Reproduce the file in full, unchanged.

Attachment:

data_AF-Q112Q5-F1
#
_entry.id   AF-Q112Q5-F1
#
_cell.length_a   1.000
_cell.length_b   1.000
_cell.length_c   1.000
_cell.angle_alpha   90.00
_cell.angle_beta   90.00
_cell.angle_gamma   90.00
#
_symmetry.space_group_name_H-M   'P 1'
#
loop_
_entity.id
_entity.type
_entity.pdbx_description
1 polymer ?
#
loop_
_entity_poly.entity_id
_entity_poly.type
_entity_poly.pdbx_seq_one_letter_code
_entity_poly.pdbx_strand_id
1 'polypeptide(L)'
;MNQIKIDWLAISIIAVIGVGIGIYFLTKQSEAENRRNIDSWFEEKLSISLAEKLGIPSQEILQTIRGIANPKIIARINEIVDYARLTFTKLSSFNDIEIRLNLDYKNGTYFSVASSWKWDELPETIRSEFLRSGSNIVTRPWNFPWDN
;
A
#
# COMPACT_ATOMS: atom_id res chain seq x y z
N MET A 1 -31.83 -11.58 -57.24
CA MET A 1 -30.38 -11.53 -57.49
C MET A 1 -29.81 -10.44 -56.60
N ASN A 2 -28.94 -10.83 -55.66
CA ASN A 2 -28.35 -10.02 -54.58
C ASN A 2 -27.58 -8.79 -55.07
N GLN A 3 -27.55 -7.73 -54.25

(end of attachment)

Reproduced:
data_AF-Q112Q5-F1
#
_entry.id   AF-Q112Q5-F1
#
_cell.length_a   1.000
_cell.length_b   1.000
_cell.length_c   1.000
_cell.angle_alpha   90.00
_cell.angle_beta   90.00
_cell.angle_gamma   90.00
#
_symmetry.space_group_name_H-M   'P 1'
#
loop_
_entity.id
_entity.type
_entity.pdbx_description
1 polymer ?
#
loop_
_entity_poly.entity_id
_entity_poly.type
_entity_poly.pdbx_seq_one_letter_code
_entity_poly.pdbx_strand_id
1 'polypeptide(L)'
;MNQIKIDWLAISIIAVIGVGIGIYFLTKQSEAENRRNIDSWFEEKLSISLAEKLGIPSQEILQTIRGIANPKIIARINEIVDYARLTFTKLSSFNDIEIRLNLDYKNGTYFSVASSWKWDELPETIRSEFLRSGSNIVTRPWNFPWDN
;
A
#
# COMPACT_ATOMS: atom_id res chain seq x y z
N MET A 1 -31.83 -11.58 -57.24
CA MET A 1 -30.38 -11.53 -57.49
C MET A 1 -29.81 -10.44 -56.60
N ASN A 2 -28.94 -10.83 -55.66
CA ASN A 2 -28.35 -10.02 -54.58
C ASN A 2 -27.58 -8.79 -55.07
N GLN A 3 -27.55 -7.73 -54.25